Linked by Thom Holwerda on Mon 23rd Nov 2009 14:58 UTC
In the News It is no secret that Microsoft is doing whatever it can to eat away at Google's immense market share of the search market, with Bing being its most ambitious effort yet. Well, it seems the battle just got a whole lot dirtier, as The Financial Times has uncovered news that Microsoft has approached several news content providers, offering them money if they "de-index" their sites from Google.
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RE: Old school.
by tomcat on Tue 24th Nov 2009 00:58 UTC in reply to "Old school."
tomcat
Member since:
2006-01-06

Like a lot of businesses run by old school CEO's, Murdock does not get the internet so he is trying frantically to mold the internet (through legilation, mergers, partnerships...) so that he can remain relevant in the same fashion he has in the past.


No, if that were actually true, Murdoch wouldn't even bother with the Internet. He clearly understands the competitive threats to this business, knows where the ad revenue is going (Google), and is responding in kind. How is that "old school"?

The problem is he has a lot of power to f*^# things up trying. I just hope (and I'm not confident) he dies before he can f*&^ it up too bad.


That's just pathetic.

He needs to retire (ya right!) and let someone else who is more familiar with 21st century technology and techniques take over.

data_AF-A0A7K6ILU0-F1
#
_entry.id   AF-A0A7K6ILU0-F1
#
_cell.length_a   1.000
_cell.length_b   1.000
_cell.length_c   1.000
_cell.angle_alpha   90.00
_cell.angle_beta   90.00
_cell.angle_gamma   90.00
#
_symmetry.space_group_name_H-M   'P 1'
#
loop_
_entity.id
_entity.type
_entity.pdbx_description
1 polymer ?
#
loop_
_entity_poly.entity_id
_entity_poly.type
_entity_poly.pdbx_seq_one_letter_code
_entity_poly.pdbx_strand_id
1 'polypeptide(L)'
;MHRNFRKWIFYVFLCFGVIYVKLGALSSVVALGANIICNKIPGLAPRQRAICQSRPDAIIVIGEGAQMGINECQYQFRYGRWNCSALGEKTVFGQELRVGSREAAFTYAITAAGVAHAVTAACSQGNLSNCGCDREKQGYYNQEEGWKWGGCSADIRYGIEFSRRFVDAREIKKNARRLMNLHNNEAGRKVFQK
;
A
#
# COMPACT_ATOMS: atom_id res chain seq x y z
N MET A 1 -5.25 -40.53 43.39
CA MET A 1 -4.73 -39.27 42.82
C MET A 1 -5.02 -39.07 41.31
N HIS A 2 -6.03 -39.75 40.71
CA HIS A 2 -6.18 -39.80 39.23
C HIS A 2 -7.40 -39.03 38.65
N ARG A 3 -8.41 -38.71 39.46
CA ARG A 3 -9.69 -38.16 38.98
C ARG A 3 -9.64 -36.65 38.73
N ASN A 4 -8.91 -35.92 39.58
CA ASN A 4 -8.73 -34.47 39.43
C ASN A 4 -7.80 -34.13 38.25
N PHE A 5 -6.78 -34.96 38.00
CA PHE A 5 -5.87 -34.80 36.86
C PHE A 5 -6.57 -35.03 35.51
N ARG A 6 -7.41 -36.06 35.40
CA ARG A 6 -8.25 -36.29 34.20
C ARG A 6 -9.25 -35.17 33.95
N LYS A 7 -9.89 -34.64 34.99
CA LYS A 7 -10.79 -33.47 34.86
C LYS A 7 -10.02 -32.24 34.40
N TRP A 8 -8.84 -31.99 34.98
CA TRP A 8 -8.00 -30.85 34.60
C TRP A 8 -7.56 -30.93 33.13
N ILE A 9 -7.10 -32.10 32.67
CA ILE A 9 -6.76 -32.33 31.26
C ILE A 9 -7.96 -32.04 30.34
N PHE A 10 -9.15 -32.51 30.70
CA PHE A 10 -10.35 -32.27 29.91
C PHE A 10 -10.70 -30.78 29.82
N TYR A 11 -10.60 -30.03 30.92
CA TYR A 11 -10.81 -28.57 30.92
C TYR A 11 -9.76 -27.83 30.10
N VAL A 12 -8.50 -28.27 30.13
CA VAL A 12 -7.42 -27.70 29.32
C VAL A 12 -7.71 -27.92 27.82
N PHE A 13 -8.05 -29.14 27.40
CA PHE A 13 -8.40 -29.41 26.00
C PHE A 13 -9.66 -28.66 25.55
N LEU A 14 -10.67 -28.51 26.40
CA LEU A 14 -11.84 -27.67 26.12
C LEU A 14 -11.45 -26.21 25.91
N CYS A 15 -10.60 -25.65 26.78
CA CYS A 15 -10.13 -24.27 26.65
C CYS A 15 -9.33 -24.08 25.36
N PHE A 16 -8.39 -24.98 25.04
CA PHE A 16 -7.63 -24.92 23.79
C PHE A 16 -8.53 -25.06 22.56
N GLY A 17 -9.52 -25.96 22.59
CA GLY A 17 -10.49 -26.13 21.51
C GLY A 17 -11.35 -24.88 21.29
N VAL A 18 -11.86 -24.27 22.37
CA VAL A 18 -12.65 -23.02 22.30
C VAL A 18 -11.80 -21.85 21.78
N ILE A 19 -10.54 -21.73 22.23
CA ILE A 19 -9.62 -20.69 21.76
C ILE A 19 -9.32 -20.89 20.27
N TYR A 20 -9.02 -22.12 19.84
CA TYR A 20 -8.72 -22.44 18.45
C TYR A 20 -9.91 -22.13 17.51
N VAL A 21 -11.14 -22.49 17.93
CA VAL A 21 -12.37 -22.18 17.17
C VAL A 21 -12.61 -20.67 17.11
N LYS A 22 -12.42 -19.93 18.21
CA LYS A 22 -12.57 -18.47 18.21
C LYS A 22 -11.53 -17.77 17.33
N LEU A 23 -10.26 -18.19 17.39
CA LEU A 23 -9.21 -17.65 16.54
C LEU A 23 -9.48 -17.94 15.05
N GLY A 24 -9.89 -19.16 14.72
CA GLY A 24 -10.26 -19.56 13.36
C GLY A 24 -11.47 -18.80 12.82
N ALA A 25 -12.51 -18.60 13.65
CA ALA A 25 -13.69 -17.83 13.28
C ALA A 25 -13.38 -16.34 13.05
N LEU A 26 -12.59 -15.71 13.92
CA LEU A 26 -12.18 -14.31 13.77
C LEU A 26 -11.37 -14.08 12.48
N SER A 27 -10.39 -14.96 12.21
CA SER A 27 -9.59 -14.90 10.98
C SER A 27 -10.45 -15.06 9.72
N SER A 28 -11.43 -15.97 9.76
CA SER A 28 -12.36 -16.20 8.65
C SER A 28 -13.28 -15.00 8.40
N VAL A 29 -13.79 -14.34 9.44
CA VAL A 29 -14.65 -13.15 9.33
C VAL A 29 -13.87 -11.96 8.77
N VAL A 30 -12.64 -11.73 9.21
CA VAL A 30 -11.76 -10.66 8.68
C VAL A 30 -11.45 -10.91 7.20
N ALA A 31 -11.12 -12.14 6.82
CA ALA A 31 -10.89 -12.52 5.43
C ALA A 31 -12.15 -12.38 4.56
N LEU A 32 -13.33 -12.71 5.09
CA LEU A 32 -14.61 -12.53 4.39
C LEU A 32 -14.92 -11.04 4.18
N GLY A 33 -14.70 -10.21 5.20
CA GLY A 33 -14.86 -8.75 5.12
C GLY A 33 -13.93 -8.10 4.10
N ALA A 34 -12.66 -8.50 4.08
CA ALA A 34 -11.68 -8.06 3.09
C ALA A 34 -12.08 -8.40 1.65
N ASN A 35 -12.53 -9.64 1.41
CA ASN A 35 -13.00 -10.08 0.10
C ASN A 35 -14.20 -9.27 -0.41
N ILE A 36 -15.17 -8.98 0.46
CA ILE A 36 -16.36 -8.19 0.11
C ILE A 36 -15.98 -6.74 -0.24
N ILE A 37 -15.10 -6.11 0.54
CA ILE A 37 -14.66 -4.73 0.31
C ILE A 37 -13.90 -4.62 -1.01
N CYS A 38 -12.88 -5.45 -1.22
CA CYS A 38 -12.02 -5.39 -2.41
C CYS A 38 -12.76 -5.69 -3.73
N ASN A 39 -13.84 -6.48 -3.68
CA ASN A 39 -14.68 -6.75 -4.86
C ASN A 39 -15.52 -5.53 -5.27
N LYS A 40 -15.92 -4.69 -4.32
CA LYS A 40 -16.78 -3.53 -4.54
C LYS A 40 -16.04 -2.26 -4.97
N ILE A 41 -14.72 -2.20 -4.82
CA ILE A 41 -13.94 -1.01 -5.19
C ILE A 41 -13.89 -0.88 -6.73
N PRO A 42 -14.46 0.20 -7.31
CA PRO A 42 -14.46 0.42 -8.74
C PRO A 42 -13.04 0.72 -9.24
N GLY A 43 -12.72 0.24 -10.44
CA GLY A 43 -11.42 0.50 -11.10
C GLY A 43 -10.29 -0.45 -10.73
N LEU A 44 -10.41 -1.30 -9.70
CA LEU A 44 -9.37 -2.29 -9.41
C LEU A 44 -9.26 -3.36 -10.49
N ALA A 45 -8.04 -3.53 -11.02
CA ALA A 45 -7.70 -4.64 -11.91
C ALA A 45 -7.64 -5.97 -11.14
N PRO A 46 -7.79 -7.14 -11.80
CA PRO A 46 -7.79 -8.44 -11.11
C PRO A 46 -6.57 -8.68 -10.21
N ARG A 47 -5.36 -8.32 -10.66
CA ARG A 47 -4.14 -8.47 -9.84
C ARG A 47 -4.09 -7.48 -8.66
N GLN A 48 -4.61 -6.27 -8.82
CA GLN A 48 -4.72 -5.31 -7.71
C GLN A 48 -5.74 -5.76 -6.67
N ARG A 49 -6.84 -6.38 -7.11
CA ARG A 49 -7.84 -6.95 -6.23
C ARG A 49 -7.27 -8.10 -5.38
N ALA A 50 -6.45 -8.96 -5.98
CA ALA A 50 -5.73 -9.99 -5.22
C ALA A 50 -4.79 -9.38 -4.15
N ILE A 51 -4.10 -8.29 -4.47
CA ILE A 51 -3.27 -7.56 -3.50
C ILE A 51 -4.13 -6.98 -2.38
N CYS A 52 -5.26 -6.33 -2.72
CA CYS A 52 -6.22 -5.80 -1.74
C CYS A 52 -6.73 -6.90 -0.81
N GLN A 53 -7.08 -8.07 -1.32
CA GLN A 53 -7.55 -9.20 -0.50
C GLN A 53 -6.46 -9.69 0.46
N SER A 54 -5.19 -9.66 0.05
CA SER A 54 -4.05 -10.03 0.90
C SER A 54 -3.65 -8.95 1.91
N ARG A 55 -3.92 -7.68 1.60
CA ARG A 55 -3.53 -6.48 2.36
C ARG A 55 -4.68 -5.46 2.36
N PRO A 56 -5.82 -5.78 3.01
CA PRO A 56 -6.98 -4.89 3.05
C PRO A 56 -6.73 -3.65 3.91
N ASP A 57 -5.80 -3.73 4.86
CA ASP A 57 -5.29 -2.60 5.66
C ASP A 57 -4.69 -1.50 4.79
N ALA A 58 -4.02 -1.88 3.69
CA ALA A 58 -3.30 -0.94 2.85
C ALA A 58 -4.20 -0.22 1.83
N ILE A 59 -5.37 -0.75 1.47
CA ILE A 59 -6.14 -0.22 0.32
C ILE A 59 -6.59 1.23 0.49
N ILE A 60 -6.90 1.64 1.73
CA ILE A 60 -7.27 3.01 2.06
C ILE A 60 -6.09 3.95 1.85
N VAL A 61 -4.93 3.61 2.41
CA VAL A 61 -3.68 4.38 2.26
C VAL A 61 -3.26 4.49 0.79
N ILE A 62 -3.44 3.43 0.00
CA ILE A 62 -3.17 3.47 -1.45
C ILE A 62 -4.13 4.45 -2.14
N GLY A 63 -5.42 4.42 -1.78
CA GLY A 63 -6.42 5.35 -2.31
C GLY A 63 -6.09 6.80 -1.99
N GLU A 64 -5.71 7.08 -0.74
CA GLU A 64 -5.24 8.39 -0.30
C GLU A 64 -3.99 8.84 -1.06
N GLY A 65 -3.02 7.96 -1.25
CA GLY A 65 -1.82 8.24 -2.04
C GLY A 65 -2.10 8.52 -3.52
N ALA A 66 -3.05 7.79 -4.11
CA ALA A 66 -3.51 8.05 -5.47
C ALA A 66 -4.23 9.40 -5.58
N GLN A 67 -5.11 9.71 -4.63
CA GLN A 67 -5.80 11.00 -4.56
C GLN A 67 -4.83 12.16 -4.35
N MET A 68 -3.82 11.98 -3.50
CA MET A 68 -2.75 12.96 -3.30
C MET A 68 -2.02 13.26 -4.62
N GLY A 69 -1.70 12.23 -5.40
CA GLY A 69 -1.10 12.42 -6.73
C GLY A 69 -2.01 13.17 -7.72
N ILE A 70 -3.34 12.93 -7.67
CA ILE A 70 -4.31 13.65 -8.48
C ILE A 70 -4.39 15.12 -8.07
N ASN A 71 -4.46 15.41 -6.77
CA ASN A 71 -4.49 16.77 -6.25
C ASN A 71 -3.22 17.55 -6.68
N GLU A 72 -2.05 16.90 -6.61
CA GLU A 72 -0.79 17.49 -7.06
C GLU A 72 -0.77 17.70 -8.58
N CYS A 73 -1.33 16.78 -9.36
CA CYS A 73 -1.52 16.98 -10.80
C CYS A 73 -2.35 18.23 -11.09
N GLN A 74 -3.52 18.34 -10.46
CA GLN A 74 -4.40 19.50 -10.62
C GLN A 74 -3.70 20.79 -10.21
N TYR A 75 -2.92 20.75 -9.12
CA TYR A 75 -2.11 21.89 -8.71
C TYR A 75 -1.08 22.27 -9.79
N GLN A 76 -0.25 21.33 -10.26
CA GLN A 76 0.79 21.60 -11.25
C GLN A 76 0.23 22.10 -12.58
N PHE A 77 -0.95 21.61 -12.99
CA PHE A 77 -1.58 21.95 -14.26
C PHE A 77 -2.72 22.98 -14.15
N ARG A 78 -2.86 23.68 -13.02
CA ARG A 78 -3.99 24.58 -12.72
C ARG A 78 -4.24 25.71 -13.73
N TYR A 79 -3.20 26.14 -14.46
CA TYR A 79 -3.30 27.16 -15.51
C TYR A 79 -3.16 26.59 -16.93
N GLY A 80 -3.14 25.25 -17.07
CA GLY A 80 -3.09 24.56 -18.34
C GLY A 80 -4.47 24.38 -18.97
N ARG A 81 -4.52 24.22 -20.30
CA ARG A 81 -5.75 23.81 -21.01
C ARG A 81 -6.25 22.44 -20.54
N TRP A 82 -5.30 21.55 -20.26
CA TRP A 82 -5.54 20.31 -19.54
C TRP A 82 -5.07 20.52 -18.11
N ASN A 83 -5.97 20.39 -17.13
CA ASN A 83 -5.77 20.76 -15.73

Like who? Al Gore?

What scares me about MS is that when anything that dominant dies or starts to fail, they tend to go kicking and screaming and there is the possibility of leaving a huge "death" footprint in the process. KRR


Many people don't seem to be able to grasp/acknowledge that NewsCorp and other news-gathering organizations offer a TON of value in their content. Don't think so? Do you read news? Do you watch television? WTF do you think collects the news? Gnomes? Magic fairies? It's reporters on the ground. Somebody has to pay them, or you don't get news.

The traditional print revenue model is dying because it no longer makes sense to distribute physical newspapers anymore. Google and other dotcoms suckered people with their mantra that "content should be free", but that doesn't leave any room for NewsCorp to make any money.

What we have here is a situation where Google is riding on NewsCorp's back -- making tons of advertising revenue that previously went to newspapers -- and Google is stingy. They want to index NewsCorp's content, suck all possible advertising revenue, but not pay NewsCorp for what it's worth.

Does that really strike you as fair? Why should Google get a free pass on this? Why is NewsCorp the bad guy? They pay reporters to gather news. Do you really think they should operate as a charity for Google? No freaking way. That's lunacy, and the sooner that people understand what's happening, the better.

Edited 2009-11-24 00:59 UTC

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